Photo: Supreme Court nominee Amy Coney Barrett meets with Sen. Martha McSally, R-Ariz., not pictured, Wednesday, Oct. 21, 2020, on Capitol Hill in Washington.
Photo Credit: Jim Lo Scalzo / AP
The Center Square [By Cole Lauterbach]-
Newly appointed U.S. Supreme Court Justice Amy Coney Barrett has been assigned the Seventh Circuit under new assignments announced by Chief Justice John Roberts.
The assignment could put Coney Barrett in a position to hear emergency requests for review in GOP-led challenges to election results in two Wisconsin counties. However, election law experts say it will have no bearing on the outcome of the challenges.
In addition to their role in issuing opinions, a justice’s circuit appointment gives them the responsibility to hear emergency applications and refer matters to the full court to review. On Nov. 6, Republicans filed an emergency application to the Supreme Court to hold ballots received after polls closed on Election Day, approved by Justice Samuel Alito.
While the role does give Coney Barrett some discretion, it will likely not be of consequence for Trump’s legal effort to overturn the election results.
“For litigation concerning the presidential election, the identity of a Circuit Justice is unlikely to play a major role,” Michael Morley, assistant professor at Florida State University College of Law, told The Center Square. “If a Justice believed there was a chance the Court might grant certiorari [review of a lower court ruling] in the case, he or she would likely forward a petition for emergency relief to the full Court, rather than adjudicating it individually. Although the Supreme Court could conceivably clarify some important issues of election law or resolve circuit splits concerning some election-related issues, there’s no realistic likelihood that any of the cases it would be asked to hear would change the outcome of this election.”
Joshua Douglas, a law professor at the University of Kentucky’s Rosenberg College of Law, told The Center Square that “Trump’s lawsuits have no merit whatsoever and there is zero chance that circuit court assignments will have any impact … even if a single Justice issues a ruling and does not refer the question to the full Court, a litigant can then go ask another Justice. That’s disfavored, but it’s allowed under Supreme Court rules.”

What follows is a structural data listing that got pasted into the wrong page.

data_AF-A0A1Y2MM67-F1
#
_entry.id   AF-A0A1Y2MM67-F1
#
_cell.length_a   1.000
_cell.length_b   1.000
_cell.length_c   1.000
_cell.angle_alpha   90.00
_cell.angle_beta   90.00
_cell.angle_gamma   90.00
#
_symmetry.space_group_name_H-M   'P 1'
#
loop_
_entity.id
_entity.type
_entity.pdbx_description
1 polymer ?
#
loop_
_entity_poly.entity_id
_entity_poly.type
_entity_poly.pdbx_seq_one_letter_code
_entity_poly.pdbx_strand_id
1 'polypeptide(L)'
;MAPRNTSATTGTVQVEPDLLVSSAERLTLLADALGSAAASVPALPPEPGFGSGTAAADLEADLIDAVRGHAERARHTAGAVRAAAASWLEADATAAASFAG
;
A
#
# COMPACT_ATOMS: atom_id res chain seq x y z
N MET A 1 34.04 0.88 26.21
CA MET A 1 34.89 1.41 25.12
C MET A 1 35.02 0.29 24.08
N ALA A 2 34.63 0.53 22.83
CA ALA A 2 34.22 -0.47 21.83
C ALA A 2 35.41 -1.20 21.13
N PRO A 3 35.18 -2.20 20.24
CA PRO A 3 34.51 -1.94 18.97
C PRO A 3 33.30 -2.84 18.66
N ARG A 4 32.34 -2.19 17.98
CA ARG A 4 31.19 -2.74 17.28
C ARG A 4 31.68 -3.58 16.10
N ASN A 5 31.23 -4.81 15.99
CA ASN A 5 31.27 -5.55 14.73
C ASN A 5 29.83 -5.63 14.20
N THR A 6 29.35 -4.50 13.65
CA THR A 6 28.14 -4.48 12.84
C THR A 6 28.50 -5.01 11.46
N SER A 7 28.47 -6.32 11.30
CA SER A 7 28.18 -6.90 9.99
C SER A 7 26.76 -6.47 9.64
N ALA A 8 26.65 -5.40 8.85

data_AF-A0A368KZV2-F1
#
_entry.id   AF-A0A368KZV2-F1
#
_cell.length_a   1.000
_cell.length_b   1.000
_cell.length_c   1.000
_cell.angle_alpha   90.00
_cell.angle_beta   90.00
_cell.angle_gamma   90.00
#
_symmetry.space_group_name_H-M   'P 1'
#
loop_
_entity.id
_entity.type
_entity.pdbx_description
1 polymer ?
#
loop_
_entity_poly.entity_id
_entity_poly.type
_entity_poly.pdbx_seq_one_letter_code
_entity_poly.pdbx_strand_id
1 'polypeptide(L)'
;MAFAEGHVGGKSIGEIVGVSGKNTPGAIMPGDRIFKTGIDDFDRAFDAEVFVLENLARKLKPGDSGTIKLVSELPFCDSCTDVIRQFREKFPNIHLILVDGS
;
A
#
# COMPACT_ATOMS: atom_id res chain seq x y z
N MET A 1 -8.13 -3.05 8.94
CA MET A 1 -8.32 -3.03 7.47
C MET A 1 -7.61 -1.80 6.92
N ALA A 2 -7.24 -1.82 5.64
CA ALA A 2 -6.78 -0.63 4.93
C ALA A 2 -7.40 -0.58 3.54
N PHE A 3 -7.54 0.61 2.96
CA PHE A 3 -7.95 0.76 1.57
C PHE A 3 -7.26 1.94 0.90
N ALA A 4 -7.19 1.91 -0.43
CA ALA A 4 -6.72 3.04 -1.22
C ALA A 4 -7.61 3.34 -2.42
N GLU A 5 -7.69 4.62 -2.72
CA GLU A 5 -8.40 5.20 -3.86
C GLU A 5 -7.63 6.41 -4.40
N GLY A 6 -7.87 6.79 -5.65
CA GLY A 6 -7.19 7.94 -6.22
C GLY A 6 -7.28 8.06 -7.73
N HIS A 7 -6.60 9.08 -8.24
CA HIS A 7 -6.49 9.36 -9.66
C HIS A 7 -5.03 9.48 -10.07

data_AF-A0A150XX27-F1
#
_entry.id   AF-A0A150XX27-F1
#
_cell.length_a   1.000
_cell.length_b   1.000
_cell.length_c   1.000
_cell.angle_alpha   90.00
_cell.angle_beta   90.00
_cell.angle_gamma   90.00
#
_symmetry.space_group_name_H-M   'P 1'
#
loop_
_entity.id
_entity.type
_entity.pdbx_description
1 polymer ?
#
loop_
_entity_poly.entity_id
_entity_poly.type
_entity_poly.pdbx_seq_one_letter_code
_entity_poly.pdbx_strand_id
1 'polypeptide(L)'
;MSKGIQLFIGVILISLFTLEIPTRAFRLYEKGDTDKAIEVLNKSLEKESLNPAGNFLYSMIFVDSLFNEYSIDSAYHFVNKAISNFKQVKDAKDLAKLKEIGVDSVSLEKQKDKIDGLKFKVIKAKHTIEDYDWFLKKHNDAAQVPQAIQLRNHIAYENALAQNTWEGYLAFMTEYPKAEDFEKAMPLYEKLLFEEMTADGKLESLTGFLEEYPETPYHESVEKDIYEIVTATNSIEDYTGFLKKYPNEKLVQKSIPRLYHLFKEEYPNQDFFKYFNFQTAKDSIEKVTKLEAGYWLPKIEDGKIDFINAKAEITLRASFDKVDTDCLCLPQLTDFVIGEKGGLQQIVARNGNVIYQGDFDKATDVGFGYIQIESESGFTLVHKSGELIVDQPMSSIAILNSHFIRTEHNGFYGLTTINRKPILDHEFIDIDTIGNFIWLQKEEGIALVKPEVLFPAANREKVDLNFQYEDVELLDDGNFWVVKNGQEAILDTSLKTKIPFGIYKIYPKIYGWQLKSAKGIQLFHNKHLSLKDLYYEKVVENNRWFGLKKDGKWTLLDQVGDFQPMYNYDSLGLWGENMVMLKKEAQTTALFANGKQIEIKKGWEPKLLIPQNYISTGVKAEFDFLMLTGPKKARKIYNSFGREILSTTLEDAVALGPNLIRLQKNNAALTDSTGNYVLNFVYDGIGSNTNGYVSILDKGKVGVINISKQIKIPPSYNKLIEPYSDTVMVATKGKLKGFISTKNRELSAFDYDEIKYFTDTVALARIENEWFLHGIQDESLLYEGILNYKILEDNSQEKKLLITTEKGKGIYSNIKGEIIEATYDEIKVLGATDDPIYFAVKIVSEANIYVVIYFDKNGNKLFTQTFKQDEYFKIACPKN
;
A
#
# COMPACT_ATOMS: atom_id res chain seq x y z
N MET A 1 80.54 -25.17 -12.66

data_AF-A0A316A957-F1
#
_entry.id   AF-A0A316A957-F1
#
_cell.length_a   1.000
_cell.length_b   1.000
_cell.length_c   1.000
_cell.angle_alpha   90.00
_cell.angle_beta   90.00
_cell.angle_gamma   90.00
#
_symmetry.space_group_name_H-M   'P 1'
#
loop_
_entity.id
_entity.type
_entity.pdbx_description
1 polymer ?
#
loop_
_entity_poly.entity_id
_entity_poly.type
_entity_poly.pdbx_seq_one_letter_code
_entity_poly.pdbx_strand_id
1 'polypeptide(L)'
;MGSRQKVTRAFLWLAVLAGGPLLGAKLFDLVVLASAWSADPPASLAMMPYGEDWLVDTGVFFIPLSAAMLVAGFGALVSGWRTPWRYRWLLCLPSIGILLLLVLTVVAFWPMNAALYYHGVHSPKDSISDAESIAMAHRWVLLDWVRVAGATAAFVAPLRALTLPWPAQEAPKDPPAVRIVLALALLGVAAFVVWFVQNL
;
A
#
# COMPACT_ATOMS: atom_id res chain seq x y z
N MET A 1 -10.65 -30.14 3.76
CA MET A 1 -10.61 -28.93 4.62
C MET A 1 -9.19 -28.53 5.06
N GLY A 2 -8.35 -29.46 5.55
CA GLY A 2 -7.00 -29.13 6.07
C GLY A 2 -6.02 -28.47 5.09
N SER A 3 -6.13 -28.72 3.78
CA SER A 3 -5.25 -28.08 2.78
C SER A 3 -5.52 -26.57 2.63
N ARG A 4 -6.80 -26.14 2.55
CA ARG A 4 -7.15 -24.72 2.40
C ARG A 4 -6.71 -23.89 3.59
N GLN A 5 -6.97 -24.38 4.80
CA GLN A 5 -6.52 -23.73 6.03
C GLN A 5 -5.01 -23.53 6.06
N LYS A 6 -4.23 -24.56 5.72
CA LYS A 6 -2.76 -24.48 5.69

The role of justices as assigned to respective circuits acts as a filter of sorts to keep the nation’s highest court from wasting their time on needless requests.
“The Circuit Justice for each circuit is generally responsible for initially receiving requests for emergency relief from U.S. Courts of Appeals decisions – either to stay a lower court’s ruling or to grant an injunction pending a petition for certiorari,” Morley said. “The Circuit Justice largely plays a screening function to weed out the baseless requests. He or she can grant relief but usually will forward a substantial request for relief in an important or controversial case on to the Court as a whole. Moreover, whether a Circuit Justice grants or denies emergency relief, the matter can be reconsidered by the full Court.”
Coney Barrett was a circuit judge in the Seventh Circuit for three years. She takes over the Seventh Circuit role previously held by Brett Kavanaugh, another Trump appointee.